A US Citizen's Guide to Travel Safety Abroad
By: Janet Ambrose
Many people travel abroad for various reasons, including vacationing, visiting relatives, and studying at an international university. Travelers generally arrive safely; however, some may fall victims to crime, violence, sickness, and other unexpected difficulties. United States citizens can rest assure that help resides in one of the 250 U.S. embassies and consulates around the globe. Even though consulate services are offered in foreign countries, travelers can take preventative action to ensure their safety while in distress. Some events require government intervention, such as political uprisings, terrorist attacks, pandemics, and natural disasters. Thankfully, most problems can be solved over the phone or making a personal visit to the nearest consulate office or insider emergency services. United States citizens and other foreign people who need assistance can often depend on emergency preparedness groups, such as the American Red Cross and the Salvation Army, to provide medical assistance, food, and shelter during trying times.
Travelers can begin by preparing when they pack for the trip. For instance, travelers should minimize indicators of their tourist status. Do not wear expensive jewelry, shoes, or watches that may draw unwanted attention. In addition, travel lightly to avoid carrying luggage around expansive airports. Only carry a minimum number of valuables, and conceal them in places where wandering eyes won't see them. Secure all passports, cash, credit cards, and other important documents within a hotel room. Stash these items in an unexpected spot if carrying on one's person. Leave a copy of the flight itinerary with family and friends to open a communication line to ease their minds. Get acquainted with the laws of the country where the plane plans to touch down. This will prevent future legal problems with any local law enforcement agencies. Obtain a quote on travel insurance in the unlikelihood of an injury.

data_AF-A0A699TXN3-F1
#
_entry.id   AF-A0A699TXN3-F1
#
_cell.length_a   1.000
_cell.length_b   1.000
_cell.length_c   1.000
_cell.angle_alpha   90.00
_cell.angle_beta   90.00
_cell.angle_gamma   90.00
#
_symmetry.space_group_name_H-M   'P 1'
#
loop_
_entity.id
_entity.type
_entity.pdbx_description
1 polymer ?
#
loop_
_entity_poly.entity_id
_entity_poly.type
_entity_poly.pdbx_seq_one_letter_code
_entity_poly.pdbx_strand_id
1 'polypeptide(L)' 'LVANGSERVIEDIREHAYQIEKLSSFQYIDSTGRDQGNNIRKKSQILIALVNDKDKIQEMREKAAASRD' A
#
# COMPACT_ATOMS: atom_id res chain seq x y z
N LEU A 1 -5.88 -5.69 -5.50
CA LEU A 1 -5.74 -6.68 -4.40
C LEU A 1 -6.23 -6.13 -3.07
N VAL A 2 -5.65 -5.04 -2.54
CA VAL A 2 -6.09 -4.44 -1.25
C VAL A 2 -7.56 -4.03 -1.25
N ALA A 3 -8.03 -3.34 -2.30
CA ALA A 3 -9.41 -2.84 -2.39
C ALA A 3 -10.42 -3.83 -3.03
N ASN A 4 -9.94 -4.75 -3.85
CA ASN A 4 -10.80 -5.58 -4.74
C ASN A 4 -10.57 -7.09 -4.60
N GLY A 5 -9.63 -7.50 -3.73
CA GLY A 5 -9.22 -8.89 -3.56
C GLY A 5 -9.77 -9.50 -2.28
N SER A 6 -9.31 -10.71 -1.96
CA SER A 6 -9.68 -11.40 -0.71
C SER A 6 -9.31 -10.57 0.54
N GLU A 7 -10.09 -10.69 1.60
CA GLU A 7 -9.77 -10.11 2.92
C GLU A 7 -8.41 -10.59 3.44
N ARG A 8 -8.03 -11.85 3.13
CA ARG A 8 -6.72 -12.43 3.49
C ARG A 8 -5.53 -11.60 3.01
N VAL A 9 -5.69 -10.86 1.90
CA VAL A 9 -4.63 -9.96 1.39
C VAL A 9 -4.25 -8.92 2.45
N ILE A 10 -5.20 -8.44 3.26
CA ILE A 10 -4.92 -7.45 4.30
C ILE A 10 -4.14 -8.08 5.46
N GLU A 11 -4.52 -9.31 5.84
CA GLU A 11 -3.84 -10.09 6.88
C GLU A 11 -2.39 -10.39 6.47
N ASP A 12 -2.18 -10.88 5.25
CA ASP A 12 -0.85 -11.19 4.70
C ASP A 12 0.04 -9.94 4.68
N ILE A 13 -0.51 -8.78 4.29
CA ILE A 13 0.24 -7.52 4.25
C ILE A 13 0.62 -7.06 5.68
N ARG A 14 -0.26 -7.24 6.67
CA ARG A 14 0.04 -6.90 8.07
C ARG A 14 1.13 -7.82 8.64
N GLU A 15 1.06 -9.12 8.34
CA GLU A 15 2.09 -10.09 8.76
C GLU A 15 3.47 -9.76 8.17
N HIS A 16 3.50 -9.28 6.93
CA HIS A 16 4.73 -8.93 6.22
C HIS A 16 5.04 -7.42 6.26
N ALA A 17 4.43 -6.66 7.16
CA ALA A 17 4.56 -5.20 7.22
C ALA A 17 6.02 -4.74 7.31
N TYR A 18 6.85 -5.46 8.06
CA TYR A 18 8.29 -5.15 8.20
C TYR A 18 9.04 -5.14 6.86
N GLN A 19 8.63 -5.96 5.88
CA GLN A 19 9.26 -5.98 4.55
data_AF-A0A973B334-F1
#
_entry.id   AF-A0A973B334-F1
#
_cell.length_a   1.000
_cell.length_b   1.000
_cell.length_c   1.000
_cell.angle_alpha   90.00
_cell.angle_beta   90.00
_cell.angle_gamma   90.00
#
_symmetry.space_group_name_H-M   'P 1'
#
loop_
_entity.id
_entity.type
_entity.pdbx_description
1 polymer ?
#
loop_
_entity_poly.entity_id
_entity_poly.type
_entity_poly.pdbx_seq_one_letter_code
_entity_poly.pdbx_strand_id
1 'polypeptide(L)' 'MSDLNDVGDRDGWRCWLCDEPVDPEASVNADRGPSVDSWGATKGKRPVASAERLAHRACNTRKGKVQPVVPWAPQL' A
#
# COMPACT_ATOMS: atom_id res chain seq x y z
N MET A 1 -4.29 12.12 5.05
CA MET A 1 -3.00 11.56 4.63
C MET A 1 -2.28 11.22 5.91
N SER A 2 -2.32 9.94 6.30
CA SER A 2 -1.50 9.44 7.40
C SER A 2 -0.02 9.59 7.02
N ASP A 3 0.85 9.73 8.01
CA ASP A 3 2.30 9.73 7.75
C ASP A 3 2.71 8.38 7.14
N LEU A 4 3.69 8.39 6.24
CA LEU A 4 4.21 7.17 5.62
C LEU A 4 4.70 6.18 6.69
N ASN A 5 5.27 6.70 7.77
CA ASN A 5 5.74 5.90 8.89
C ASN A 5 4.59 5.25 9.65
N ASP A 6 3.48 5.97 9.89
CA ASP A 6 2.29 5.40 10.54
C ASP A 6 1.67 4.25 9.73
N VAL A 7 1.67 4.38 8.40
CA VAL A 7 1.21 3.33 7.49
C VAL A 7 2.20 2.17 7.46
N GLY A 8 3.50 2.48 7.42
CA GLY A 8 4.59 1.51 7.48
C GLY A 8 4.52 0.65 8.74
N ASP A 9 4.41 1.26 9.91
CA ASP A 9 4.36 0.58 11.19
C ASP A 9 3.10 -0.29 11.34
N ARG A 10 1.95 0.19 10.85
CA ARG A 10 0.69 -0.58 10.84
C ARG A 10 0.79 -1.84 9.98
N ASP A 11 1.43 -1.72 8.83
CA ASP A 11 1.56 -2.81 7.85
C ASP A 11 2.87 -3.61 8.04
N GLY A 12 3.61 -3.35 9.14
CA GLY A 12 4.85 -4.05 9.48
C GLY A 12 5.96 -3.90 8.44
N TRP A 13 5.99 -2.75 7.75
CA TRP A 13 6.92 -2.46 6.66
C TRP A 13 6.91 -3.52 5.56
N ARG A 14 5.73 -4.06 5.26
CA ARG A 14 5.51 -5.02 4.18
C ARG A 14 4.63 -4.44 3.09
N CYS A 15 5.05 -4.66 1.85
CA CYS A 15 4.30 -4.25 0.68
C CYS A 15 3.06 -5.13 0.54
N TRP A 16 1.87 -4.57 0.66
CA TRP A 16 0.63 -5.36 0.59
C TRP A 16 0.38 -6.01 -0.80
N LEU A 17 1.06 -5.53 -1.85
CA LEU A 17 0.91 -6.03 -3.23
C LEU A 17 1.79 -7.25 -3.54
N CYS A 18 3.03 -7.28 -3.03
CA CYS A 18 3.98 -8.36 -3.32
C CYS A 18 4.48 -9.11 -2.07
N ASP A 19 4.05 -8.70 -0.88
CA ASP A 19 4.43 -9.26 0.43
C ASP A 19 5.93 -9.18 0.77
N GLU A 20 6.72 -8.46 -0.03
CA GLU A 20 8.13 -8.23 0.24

Traveling abroad requires using the same common sense applied on neighboring streets. Pay special attention to high-crime rate places, such as crowded subways, train stations, tourist sites, elevators, festivals, and market places. Do not travel alone at night. Keep a low profile and avoid participating in loud conversations. Beware of pickpocket and other scam artists. This applies to securing all personal property and assets into a secure box before leaving the hotel room. Always inform somebody of expected return times. Other important areas that require special attention include knowing when to safely drive across several destinations, how to handle money safely, and how to avoid future legal difficulties. Do not carry illegal narcotics, firearms, or take photographs without the permission of the establishment's security firm. Violating the aforementioned suggestion could potentially land travelers in the country's jail cell. Lastly, remain vigilant of any potential dangers, and contact the nearest agency for immediate assistance. It could save the life of others, including friends, family, traveling companions, and other local travelers
Travel Warnings and Alerts
Emergency Information for Crisis Abroad
Passport and Customs
Health Safety Aboard
General Safety Abroad